3d. The two oblique diameters extend from the middle of the inferior edge of the greater sciatic ligament to the middle of the opposite ischio pubic ramus.
All these diameters are, on an average, 4.3 inches long. The coccy pubic diameter is, however, very often less than this measurement, but during labor the backward movement of the coccyx lengthens this diame ter by to 1 inch, and even more in some cases.
The circumference of the inferior strait, instead of being regular like that of the superior, is very rough. It has three corners and three notches. The three corners are formed by the coccyx and the two ischia tic tuberosities. The three notches are formed by the edge of the greater sciatic ligaments, and by the pubic arch.
Finally there is the sacro-sub-pubic or promonto-sub-pubic diameter, which extends from the middle of the promontory to the median and in ferior part of the triangular ligament of the pubic symphysis. It is, on an average, about 4.5 inches long.
Inclination, Direction, Planes and Axes of the Pelvis.
The pelvis articulates with the spinal column in such a way as to form an angle, the vertex pointing forward. This is the promontory or sacro vertebral angle. The result is that the pelvis is not in the axis of the abdominal cavity, but is inclined in the upright position from above downwards, and from behind forwards. In this position, the sacro vertebral angle is about 3.9 inches above a horizontal line, which passes from before backwards, and touches the superior edge of the symphysis. The coccyx is .7 of an inch above a horizontal line which touches the inferior edge of the symphysis. From this it results that the inclination of the plane of the superior strait is from 59 to 60 degrees, that of the inferior strait from 10 to 11 degrees (Naegele-Danyau). (Fig. 13.)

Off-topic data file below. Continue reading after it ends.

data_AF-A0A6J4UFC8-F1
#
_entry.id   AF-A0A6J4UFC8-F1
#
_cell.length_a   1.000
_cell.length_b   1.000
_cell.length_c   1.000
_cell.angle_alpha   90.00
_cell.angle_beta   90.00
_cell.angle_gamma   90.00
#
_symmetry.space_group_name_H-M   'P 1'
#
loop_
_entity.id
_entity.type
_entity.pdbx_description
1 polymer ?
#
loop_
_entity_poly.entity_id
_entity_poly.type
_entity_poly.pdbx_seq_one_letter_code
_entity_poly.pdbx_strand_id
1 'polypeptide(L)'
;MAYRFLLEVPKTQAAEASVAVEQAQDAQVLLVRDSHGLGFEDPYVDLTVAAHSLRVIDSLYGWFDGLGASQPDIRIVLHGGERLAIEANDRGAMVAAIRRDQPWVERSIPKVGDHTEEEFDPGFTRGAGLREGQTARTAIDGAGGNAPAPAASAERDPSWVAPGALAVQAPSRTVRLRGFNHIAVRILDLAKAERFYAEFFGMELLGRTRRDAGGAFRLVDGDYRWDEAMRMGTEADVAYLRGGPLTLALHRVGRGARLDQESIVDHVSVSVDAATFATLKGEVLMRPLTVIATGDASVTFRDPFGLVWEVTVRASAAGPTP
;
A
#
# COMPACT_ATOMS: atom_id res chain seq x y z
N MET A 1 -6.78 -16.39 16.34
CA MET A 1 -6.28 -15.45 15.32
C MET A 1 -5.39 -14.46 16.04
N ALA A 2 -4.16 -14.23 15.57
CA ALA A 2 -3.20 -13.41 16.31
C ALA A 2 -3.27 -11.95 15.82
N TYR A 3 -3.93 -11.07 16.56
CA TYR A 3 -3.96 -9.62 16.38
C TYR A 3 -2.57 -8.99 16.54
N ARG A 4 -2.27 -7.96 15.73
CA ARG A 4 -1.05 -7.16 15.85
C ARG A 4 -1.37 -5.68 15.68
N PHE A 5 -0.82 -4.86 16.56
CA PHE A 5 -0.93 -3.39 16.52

(By the planes of the straits are meant, in obstetrics, those planes which pass through the diameter A P, and touch similar points on each half of the pelvis). (Tarsier and Chantreuil.) axis of the superior strait is a line perpendicular to the plane of that strait at its middle point. Prolonged upwards and forwards this line meets the umbilicus; backwards and downwards it ends at the anterior surface of the coccyx.
The axis of the inferior strait, when prolonged upward and forward, meets the axis of the superior strait near the centre of the cavity, and ends at the sacro-vertebral angle, or a little above it, on the anterior face of the last lumbar vertebrae. When prolonged backward and downviard it meets the perineum a little in front of the anus.
The axis of the cavity is a curved line passing through the centre of the true pelvis, and everywhere equally distant from the sacrum and the pubes.
The fcetus passes along this line in entering, crossing, and leaving the cavity. (Fig. 14.) In the upright position, such is the direction and such are the axes of the pelvis; they vary of course with different attitudes. In the complete dorsal decubitus, which is the usual position of women in labor, in France, the plane of the superior strait faces from above downwards and from in front backwards, and its axis points from behind forwards, and from above downward. The plane of the inferior strait is thus inclined from above downward and from in front backwards. The axis of this strait then points downward and almost directly forward.